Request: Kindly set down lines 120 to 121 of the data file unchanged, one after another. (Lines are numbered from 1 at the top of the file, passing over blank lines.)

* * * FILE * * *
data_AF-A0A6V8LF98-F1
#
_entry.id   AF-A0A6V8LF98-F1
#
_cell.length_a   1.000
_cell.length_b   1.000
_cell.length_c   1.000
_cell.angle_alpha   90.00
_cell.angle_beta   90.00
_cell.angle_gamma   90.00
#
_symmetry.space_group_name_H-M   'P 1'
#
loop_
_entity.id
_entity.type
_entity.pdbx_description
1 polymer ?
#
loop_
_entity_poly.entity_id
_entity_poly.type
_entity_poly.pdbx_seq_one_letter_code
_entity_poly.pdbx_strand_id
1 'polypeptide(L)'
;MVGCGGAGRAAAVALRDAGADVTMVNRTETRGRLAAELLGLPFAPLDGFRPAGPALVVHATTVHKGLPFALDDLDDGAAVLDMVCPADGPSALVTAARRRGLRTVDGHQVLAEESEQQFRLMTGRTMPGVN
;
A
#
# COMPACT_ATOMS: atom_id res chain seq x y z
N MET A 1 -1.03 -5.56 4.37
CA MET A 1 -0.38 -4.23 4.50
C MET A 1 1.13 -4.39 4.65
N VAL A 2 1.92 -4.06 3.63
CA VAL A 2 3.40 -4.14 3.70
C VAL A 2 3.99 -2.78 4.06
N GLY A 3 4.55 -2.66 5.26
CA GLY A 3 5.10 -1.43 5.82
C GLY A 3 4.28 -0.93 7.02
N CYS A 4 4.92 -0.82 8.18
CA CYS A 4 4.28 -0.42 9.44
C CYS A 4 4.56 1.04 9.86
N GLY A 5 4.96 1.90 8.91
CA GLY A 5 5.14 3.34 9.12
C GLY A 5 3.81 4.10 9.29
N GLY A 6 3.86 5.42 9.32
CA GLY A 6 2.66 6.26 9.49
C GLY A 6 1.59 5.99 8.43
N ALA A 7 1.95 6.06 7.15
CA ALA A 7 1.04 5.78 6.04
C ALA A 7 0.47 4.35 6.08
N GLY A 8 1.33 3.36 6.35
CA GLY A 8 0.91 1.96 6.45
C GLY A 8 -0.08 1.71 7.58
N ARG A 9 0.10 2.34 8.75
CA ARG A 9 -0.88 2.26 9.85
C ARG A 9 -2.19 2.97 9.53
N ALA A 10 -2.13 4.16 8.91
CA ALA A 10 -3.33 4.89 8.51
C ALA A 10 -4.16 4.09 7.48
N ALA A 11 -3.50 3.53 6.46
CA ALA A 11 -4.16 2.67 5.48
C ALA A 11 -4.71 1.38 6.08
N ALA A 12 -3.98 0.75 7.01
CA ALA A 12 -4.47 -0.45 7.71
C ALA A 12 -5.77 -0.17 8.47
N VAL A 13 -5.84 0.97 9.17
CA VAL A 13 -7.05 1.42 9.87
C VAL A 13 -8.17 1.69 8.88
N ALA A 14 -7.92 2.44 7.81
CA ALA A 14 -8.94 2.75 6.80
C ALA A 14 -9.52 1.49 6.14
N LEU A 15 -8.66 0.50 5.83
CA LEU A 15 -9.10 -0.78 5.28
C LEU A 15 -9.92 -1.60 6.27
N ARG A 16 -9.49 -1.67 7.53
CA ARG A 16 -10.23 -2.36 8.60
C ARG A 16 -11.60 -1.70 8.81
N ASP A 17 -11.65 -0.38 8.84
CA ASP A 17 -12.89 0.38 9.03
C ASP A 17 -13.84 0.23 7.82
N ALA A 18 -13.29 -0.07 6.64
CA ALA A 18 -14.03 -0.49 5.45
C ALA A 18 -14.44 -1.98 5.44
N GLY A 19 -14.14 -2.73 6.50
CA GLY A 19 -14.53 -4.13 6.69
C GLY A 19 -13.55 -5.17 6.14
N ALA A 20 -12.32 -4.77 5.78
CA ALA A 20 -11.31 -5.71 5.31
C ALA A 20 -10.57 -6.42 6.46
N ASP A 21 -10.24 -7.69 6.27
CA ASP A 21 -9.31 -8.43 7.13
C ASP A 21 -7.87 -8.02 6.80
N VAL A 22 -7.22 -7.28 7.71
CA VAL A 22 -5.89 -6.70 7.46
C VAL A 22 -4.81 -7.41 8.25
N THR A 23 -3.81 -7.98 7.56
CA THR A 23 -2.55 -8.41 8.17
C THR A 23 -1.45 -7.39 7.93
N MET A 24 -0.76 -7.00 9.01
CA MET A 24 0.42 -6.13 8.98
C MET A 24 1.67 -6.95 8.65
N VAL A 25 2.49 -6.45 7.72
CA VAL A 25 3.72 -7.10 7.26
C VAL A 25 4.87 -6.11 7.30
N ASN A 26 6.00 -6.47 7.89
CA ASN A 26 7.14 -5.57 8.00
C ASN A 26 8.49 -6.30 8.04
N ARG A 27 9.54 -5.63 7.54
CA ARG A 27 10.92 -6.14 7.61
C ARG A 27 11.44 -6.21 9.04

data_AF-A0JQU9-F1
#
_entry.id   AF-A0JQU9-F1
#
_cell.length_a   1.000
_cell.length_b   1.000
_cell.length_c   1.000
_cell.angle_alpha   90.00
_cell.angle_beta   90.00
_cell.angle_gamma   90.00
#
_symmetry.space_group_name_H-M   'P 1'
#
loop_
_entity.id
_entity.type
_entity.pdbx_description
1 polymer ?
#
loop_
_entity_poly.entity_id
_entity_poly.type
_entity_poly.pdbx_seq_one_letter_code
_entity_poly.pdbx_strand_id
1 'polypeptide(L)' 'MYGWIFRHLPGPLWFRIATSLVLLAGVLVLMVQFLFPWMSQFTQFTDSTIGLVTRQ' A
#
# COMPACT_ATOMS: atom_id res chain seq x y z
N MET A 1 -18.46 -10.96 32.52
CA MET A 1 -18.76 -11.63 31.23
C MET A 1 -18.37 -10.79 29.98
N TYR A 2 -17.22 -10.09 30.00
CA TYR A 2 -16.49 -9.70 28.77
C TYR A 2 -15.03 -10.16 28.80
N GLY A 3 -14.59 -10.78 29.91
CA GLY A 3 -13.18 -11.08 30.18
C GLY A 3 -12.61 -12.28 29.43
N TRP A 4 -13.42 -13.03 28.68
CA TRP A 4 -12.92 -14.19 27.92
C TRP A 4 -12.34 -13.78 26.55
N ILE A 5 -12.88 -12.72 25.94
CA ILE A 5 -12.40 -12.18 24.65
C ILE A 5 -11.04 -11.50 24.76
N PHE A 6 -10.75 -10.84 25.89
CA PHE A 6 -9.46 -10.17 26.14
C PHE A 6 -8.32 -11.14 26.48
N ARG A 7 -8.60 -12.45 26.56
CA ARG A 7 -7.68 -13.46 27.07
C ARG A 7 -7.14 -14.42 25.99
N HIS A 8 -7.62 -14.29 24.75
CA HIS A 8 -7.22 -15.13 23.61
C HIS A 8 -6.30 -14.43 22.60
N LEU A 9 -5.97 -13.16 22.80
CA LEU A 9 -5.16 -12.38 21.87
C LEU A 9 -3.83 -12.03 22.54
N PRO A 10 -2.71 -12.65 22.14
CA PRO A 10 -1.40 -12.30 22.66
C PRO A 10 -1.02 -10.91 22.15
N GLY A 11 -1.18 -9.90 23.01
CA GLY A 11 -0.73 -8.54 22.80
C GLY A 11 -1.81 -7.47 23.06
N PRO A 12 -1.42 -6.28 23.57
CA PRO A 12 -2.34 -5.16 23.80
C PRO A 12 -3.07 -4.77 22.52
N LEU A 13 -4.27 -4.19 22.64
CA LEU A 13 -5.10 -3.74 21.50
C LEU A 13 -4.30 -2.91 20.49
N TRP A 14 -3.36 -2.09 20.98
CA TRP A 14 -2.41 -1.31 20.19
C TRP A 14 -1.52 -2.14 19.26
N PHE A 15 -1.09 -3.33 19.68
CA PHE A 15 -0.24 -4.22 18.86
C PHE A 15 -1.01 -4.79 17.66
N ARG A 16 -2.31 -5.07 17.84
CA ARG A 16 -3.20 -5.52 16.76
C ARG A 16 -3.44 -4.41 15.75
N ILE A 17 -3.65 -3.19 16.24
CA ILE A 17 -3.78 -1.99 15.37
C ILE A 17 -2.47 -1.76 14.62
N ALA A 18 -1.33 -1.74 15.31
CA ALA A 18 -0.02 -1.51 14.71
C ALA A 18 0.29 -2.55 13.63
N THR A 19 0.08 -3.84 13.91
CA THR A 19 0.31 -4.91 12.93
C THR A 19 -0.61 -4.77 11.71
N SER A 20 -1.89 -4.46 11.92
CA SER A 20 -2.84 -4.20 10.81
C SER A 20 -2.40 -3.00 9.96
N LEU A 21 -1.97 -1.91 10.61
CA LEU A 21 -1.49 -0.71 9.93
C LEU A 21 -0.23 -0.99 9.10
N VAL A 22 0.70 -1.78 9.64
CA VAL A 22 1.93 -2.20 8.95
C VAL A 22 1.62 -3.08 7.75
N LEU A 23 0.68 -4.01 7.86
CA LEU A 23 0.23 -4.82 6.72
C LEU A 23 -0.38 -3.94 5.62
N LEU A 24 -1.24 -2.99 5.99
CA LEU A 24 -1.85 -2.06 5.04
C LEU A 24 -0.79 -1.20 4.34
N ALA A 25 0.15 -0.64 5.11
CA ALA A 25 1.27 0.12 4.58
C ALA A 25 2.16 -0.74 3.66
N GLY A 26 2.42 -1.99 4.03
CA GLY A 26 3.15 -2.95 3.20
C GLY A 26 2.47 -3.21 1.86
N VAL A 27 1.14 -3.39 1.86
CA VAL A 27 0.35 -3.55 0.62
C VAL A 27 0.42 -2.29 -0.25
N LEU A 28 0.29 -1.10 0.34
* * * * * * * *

_cell.angle_beta   90.00
_cell.angle_gamma   90.00